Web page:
It's school budget vote day in New York state... and, the Jamestown-area's first district to allow voters to cast their ballots will again be Southwestern.  That district's voters will decide on a 25.8-million dollar budget that raises taxes by about 2.44-percent.  Polls will be open at the high school from 7 to 9 this morning.  New Superintendent Maureen Donahue says spending is up from 2012-2013 by about 118-thousand dollars.  Donahue says there were a number of factors that led to the spending increase... including rising pension, and health insurance costs.  However... she says there were some cuts, too. Donahue says the loss of state Foundation -- or base -- aid over the past five years has been the biggest driver of increased costs.  She says the district is seeing a just over 8-percent increase in foundation aid in 2013-2014... due in large part to a 417-thousand dollar restoration in the district's -- "gap elimination adjustment."  Donahue says the 2.44-percent tax increase... including exclusions... comes in under the state's 2-percent property tax cap.  Polls at Southwestern will also be open from 2 PM to 9 PM tonight. Residents in the Southwestern District will also vote on a transportation proposition to purchase three new buses. Donahue says the cost is to not exceed 216-thousand dollars.  Donahue says one is a full-sized bus... while the other two are 14-passenger vehicles.  In addition... there's one school seat up for a vote.  There were to be three... but, Donahue reminds voters that they approved cutting the school board from 9 to 7 members.  Incumbant Bill Burk is seeking re-election.

 

Falconer School District residents will vote today on a 21.6-million dollar budget for the new school year.  School Superintendent Steve Penhollow says the spending plan includes a 2.5-percent tax increase over the current year's spending plan.  However... Penhollow says -- with exclusions -- the increase still falls under the state's 2-percent property tax cap.  Except for a couple of mandated areas... he says they were able to hold the line on spending.  He says school officials tried to be as "balanced" as they could be in laying out the budget.
Some districts have taken up the state on it's offer to use "pension-smoothing" to hold down costs... but, Penhollow says... Falconer school officials decided that was not "a good option" for them.  He says the 2.25-percent cut they would get would -- at some point -- have to be paid to the state... with interest. Penhollow says there are no other propositions on the ballot... and, two people are running for two board seats.  One is current board President Todd Beckerink.  Voting in Falconer is from 2 to 8 PM today.

 

City lawmakers have overwhelmingly approved five measures officials say will help save the city on it's health... property and liability insurance costs.  Four of the five were unanimous... and, four are with the same company as last year.  Finance Committee Chairman Tony Dolce says the moves will also save the city money... and, improve the efficiency of it's insurance programs.  The lone change was in Jamestown's "stop-loss" program that covers health care costs above the amount set on each worker.  In that case... Dolce says the contract went to H-M Premier Company... instead of Veracity. City Comptroller Joe Bellitto says they'll have about a 10-thousand dollar savings with Premier handling their "stop-loss" program.  The ceiling for that is 150-thousand dollars.  However... lawmakers voted to keep Veracity -- which is in Jamestown -- for consulting and employee benefit services.  Councilwoman Kim Ecklund voted "no" on that measure.  Ecklund says she has some questions on the service contract she wanted more answers to.  She feels Veracity has done a "very good" job for the city in the past... her issue was more with not having one of the two companies take both the "stop-loss" and consulting and employee services.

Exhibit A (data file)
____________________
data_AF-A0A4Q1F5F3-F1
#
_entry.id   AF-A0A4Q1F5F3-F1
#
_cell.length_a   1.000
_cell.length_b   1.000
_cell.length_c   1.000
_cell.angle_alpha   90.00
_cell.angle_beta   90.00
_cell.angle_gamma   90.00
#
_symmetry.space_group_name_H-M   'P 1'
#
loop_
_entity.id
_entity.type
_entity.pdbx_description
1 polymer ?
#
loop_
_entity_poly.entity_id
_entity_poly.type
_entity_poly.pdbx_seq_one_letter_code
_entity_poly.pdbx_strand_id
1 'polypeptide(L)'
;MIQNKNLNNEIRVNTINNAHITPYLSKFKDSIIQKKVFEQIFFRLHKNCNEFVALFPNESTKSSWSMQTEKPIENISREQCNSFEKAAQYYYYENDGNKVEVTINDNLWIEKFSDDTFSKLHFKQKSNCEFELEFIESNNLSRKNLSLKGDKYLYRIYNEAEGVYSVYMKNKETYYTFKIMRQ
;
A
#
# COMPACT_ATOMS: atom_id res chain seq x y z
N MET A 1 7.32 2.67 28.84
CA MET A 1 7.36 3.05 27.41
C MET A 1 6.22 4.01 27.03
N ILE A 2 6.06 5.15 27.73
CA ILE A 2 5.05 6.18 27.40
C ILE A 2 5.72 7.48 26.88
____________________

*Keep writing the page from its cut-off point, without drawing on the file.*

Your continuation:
The local TEA Party group did not seek the "tax-exempt" status from the IRS... but, will be joining in a peaceful, nation-wide protest outside IRS offices this afternoon.  Southern Tier TEA Party Express spokesman Mel McGinnis is urging local members... and, others from the public... to join them at East Third Street and Prendergast Avenue in Jamestown at 12 Noon. There were also a number of high-profile conservatives that were reportedly targeted by the IRS.  McGinnis says the local TEA Party organization made an early decision to NOT file for 501(c)4 status that would have made them tax-exempt.  He says they kept themselves "away from the IRS as much as possible."  However... he says they wanted to demonstrate in support of TEA Party groups that were targeted.  McGinnis remembers hearing stories "two or three-years ago" that the IRS was asking intrusive questions about local and national TEA Party organizations when they filed for 501(c) 4 status.  He says now that the allegations have been found to be factual... it's upsetting.

 

The resignation of a New York state lawmaker embroiled in a sex harassment scandal has become official a month earlier than he had originally planned.  Assemblyman Vito Lopez of Brooklyn announced on Saturday that his resignation from the 53rd Assembly District seat is effective as of 9 this (Monday).  The surprise announcement came just a day after the 72-year-old Democrat defied demands by Assembly Speaker Sheldon Silver and Governor Andrew Cuomo to resign immediately.

Local News

News Headlines for Sat., Aug. 24, 2019

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